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we use s3 bucket to share files between two companies. We created private S3 bucket and we have dedicated user for application which uses this bucket (using it's aws_key and aws_secret). We figured out that we don't have access to getObject, but we sucessfully PutObject to bucket.

Also I've created role with permissions to this bucket and assigned it to application_user, but it did not resolve the issue.

So main goal is to have read,list,put access from external account and internal IAM user to same S3 bucket. I will point that external company has access to it, right now with this policy. I don't have access to external aws account.

Below there is a resource policy for s3.

{
    "Version": "2012-10-17",
    "Statement": [
        {
            "Sid": "SharedS3Bucket",
            "Effect": "Allow",
            "Principal": {
                "AWS": [
                    "arn:aws:iam::199999999999:root",    <--- external account 
                    "arn:aws:iam::111111111111:user/application_user" <-- our application user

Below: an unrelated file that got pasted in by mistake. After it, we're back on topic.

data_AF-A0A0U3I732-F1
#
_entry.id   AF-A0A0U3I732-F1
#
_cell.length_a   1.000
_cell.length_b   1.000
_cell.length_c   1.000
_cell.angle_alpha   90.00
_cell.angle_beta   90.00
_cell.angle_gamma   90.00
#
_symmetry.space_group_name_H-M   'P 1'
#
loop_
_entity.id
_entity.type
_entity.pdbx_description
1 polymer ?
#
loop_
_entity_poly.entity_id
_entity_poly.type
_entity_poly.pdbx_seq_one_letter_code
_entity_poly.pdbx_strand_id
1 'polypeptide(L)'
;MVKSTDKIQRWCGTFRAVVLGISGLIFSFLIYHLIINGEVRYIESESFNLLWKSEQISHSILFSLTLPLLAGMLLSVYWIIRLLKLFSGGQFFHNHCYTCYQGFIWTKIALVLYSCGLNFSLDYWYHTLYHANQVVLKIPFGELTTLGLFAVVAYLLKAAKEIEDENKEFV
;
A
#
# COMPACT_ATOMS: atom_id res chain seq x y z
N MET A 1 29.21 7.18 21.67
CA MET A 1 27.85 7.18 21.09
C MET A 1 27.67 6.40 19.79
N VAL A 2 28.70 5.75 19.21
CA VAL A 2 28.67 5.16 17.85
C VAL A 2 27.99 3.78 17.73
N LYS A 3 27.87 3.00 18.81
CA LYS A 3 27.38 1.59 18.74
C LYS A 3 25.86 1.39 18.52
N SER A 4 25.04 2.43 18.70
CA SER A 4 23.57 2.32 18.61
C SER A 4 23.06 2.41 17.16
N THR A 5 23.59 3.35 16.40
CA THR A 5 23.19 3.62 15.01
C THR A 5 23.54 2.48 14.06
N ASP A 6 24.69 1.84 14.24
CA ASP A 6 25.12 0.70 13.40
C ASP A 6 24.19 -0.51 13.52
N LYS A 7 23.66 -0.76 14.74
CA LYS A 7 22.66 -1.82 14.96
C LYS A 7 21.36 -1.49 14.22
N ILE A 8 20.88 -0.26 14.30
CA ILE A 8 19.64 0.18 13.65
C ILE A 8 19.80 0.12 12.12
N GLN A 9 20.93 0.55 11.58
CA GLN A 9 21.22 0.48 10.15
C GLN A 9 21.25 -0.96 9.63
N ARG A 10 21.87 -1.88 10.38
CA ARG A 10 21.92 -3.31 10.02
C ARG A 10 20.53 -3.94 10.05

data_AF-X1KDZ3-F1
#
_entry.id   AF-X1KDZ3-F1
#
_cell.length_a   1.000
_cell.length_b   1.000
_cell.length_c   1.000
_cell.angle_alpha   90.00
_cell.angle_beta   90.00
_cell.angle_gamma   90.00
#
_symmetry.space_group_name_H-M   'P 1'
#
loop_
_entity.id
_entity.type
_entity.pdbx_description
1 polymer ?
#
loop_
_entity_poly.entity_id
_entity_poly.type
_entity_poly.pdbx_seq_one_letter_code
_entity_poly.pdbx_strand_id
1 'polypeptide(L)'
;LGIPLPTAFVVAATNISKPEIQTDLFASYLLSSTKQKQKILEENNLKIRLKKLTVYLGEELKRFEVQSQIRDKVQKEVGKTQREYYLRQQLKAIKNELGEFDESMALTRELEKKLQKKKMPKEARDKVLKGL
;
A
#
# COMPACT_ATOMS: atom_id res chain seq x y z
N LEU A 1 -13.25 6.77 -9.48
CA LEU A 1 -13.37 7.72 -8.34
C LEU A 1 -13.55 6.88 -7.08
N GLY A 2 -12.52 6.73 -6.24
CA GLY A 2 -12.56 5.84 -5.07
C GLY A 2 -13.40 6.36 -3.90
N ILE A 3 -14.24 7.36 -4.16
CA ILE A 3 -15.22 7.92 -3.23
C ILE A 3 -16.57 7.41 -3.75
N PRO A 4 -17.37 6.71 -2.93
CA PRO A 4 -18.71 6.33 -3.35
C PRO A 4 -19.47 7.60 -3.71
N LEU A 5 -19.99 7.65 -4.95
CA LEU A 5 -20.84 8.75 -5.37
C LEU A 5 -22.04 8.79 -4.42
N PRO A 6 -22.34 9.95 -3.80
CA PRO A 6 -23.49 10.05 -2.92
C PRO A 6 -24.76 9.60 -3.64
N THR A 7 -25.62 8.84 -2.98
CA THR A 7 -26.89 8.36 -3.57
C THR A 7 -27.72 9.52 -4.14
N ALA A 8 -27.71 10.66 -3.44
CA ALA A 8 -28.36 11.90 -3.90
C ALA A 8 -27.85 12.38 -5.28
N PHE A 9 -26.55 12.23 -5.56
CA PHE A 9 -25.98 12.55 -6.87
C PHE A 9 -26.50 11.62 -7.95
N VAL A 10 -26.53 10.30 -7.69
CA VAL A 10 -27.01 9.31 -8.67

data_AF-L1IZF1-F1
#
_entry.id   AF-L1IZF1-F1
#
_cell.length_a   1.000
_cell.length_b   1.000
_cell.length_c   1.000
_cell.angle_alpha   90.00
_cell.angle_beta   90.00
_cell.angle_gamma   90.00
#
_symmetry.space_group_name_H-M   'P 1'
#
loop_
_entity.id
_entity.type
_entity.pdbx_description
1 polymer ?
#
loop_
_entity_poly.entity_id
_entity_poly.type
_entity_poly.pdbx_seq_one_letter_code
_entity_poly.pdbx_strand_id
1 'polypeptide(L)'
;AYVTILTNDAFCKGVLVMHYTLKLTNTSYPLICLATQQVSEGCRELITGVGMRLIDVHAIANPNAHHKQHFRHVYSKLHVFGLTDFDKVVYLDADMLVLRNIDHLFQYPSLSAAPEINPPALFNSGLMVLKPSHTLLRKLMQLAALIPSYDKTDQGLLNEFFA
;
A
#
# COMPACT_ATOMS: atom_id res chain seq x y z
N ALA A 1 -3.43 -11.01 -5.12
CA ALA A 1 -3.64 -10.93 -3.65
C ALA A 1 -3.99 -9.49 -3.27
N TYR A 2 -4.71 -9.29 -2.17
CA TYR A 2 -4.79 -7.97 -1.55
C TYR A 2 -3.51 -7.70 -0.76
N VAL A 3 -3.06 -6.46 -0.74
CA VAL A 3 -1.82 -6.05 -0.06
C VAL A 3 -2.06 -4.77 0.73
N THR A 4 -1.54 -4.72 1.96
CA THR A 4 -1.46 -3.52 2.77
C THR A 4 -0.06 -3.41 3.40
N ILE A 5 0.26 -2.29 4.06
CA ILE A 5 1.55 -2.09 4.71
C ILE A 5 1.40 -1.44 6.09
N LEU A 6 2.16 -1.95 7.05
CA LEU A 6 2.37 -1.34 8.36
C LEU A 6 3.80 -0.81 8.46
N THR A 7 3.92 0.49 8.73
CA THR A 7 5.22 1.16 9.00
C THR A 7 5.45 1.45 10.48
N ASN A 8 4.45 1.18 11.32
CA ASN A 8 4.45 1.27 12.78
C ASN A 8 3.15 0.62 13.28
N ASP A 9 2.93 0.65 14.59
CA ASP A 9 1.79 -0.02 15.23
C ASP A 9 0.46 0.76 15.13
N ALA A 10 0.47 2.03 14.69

]
            },
            "Action": [
                "s3:ListBucket",
                "s3:GetBucketAcl",
                "s3:GetObject",
                "s3:GetObjectAcl",
                "s3:DeleteObject",
                "s3:PutObject"
            ],
            "Resource": [
                "arn:aws:s3:::shared-bucket",
                "arn:aws:s3:::shared-bucket/*"
            ]
        }
    ]
}
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The S3 permissions are a little complicated because you have not only the Bucket permissions to worry about but also each Object that you upload has its own permissions.

Your Bucket Policy above permits both companies to upload objects, and it works as you can see. However when the external company uploads an object it's default permissions only allow reading by the creator, i.e. by the external company. Even if it's in your bucket by default you can't read it if it was uploaded by someone else. That's somewhat counter-intuitive.

The solution is to make sure that the uploaded Objects have ACL that permits reading by both accounts.

S3 Upload Dialog

You will also need to add s3:PutObjectAcl to your list of Bucket Policy permissions for this to work.

Similarly if you're uploading from the command line you can modify the object acl after upload with aws s3api put-object-acl.

Hope that helps :)

  • Thank you for your time and clear explanation. I appreciate it. This is exact answer for my question. Each object in s3 has own permissions and these permissions need to be granted even for bucket owner. – bmbbambus Sep 18 '20 at 12:03

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